For centuries, quinones have been used in Arabic countries and India for cosmetic purposes to dye skin, nails and hair. The main colourant for cosmetic application is L. inermis (2-hydroxy-1,4-naphthoquinone), which can be found in henna [218]. The henna powder is mixed with water to form a paste and then applied to hair, nails or skin and left to dye at room temperature for about 30–40 min [218]. The dye binds to the keratin protein of the skin and securely stains the skin from pale orange to brown-black, depending on the skin type [80, 219]. Like protein textile dyeing, a mordant such as copper sulphate, is sometimes added to improve colour fastness or modify the final dye colour [219]. Juglone has also been studied as a potential cosmetic dye. Ferrous sulphate, tea, coffee, pomegranate rind, sumac extracts, oxalic acid, lactic acid, ethylenediaminetetraaceticacid (EDTA), alum and copper sulphate have been used as mordants. The dark-brown colour of hair samples obtained with the use of ferrous sulphate exhibited appropriate colour strength (18), good washing resistance (4.5 after 15 number of washes) and good resistance to sunlight (4.5, after 72 h of sunlight) while maintaining its original morphology [220]. The same application procedure has also been used successfully with quinones to colour hides and skins and in histological staining [8, 220]

In the food and pharmaceuticals industry, quinones are used as food and medicine colourant in either liquid or solid state for various reasons, such as improving the product’s natural colour, restoring and standardising the colour and appearance of food and medicine lost during processing or cooking, and to add a novel sensory attraction [25]. In Japan, for example, anthraquinone extracts from madder root are used as colourants for confectionery, boiled fish and soft drinks [73, 221]. These quinones are not allowed as a food additives in either the US or the EU. However, a natural red colourant anthraquinone, cochineal (additive E-120), with approximately 20% carminic acid content, is widely used as colouring agent in food processes in the EU (at dosage levels ≤ 500 mg/kg) and in the US (only up to 5 mg/kg) [73]. The advantage of this quinone food colourant over some synthetic colourants and even natural anthocyanins is its stability to chemical oxidation, light and oxygen. However, it is insoluble in low pH (> 4). Furthermore, as in the case of textile dyeing, for achieving a wide range of colors, carminic acid colourant comes in a metal form which acts like mordant [33]. Carminic acid dye is also used to colour drugs with the same results as in food colouration [221].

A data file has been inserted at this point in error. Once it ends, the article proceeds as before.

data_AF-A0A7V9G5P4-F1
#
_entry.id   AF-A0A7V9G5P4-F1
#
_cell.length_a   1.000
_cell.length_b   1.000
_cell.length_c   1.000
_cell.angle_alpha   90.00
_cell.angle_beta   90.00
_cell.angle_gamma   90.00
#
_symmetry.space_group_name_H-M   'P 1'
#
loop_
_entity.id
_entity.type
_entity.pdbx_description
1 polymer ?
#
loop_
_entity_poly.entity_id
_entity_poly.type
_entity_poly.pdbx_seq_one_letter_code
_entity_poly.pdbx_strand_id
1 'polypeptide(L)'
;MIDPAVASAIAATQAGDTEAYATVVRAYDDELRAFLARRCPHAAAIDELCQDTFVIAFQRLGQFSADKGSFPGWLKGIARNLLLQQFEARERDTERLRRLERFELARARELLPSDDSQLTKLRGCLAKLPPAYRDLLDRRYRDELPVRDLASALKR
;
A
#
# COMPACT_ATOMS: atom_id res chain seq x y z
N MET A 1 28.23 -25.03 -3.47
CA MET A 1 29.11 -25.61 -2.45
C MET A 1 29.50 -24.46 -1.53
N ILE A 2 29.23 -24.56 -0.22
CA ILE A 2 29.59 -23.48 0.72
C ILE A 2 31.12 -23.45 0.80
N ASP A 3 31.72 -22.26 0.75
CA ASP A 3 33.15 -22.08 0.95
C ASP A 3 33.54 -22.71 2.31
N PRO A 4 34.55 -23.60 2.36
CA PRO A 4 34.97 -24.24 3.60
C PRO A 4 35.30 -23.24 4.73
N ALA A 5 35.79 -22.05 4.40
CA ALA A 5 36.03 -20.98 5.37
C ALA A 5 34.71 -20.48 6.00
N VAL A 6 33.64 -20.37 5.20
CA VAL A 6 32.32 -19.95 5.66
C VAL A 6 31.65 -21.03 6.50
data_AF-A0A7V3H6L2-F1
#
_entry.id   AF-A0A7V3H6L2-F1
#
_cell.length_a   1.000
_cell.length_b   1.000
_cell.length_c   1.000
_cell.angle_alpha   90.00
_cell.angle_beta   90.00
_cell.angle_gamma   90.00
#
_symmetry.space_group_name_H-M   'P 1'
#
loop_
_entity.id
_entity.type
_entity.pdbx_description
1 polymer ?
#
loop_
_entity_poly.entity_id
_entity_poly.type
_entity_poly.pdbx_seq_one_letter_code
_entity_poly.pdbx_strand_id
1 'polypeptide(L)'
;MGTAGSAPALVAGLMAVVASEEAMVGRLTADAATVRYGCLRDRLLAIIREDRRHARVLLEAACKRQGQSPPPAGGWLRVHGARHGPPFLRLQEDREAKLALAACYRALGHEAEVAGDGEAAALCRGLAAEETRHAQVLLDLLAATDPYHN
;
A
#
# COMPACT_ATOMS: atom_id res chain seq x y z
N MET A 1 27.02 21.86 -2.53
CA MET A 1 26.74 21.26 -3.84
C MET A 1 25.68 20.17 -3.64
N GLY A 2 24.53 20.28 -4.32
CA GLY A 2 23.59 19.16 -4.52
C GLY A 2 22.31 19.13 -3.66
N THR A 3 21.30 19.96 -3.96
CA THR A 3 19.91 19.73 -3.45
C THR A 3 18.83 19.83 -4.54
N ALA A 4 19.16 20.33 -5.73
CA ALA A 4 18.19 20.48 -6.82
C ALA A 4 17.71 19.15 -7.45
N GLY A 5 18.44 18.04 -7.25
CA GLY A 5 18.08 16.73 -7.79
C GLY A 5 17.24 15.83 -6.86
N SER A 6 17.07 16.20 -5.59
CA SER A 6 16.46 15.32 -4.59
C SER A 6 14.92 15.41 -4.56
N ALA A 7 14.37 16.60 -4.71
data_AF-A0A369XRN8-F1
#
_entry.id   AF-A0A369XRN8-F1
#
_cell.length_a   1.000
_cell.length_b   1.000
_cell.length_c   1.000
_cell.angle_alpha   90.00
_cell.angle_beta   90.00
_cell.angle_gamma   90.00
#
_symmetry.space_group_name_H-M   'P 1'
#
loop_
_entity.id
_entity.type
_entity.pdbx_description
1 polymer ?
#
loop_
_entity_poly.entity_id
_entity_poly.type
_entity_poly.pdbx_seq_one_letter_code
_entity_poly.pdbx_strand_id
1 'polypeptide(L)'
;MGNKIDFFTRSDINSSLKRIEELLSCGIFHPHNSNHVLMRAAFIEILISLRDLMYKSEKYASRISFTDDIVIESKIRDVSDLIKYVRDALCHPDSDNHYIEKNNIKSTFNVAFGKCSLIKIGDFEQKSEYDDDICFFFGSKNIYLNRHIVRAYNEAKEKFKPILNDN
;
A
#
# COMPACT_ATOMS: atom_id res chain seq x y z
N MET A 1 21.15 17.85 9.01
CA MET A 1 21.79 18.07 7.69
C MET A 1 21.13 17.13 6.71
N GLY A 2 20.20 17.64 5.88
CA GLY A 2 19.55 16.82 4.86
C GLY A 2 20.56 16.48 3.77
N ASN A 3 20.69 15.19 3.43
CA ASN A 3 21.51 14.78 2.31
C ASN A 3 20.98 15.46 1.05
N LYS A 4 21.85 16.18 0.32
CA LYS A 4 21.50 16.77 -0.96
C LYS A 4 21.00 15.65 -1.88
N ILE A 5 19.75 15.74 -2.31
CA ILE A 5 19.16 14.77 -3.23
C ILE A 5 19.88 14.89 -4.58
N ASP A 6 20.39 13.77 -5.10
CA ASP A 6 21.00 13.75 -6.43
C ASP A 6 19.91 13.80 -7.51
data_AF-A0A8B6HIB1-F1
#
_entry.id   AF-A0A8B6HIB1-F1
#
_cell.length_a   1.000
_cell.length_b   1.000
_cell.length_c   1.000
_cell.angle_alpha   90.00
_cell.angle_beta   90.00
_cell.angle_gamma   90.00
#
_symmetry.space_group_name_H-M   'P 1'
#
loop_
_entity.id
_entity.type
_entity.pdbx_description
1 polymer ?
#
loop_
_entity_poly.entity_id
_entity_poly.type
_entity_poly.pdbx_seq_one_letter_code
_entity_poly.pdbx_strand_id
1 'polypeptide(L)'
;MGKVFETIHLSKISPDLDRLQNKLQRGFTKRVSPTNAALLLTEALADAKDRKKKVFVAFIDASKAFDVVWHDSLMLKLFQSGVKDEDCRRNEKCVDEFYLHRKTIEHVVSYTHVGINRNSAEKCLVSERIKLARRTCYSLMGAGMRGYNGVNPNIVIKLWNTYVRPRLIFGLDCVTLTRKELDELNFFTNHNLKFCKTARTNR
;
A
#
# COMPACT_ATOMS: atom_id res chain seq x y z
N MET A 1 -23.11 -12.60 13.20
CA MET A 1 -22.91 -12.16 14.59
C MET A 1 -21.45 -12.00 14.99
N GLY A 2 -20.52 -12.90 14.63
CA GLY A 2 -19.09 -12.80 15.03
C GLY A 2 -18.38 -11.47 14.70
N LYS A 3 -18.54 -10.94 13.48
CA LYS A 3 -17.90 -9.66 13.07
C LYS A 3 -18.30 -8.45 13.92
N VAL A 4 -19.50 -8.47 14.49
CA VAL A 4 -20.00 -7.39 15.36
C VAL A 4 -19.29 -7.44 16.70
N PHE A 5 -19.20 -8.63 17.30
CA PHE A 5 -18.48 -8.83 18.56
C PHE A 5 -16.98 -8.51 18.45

Other Functional Features of Natural Quinones

Quinone dyes have found other industrial uses apart from colouration. They are used in solar energy harvesting, as natural alizarin and lawsone quinone dyes can improve the efficiency of dye-sensitized solar cells to increase the photovoltaic properties [222]. When a quinone-dyed cell was exposed to sunlight, it showed a shift in absorbance towards a longer wavelength, resulting in to a significant increase in the short circuit current density and conversion efficiency. When hydroquinone and benzoquinone dye were used as a redox couple in a solar cell, the conversion efficiency of the cell improved from 4.7% using the conventional method to 5.2% [223].

An extract from Oldenlandia umbellata, commonly known as Indian madder, has been recommended for use as a pH indicator since it changes colour depending on the pH, i.e. it is yellow at pH 4.8–5.1, red at pH above 10 and green at an acidic pH below 3. The dye can be used to colour paper strips for use as a pH indicator strips or sensorial materials.

Other application areas where natural quinone dyes have been used are corrosion prevention on metal surfaces [84] and as pigments for ink for felt tip pens, ball pens, stamp pads and jet printing ink [224, 225].


This review has covered natural quinones as a dyeing compound. The main areas considered are quinone structure, occurrence, biogenesis, toxicology, isolation, purification, chemical analysis and applications with respect to textile colouration. Quinones are shown to have varied structures, with many substitution sites, and this structure gives rise to wide range of colours. The review also reveals that, for the three classes of quinones, over 700 sources of anthraquinones, over120 sources of naphthoquinones and a limited number of benzoquinones are known globally. The quinones are ubiquitous, though at limited concentrations. The main source is flowering plants, which accounts for more than half of the total currently in use, meaning that these sources are fully sustainable.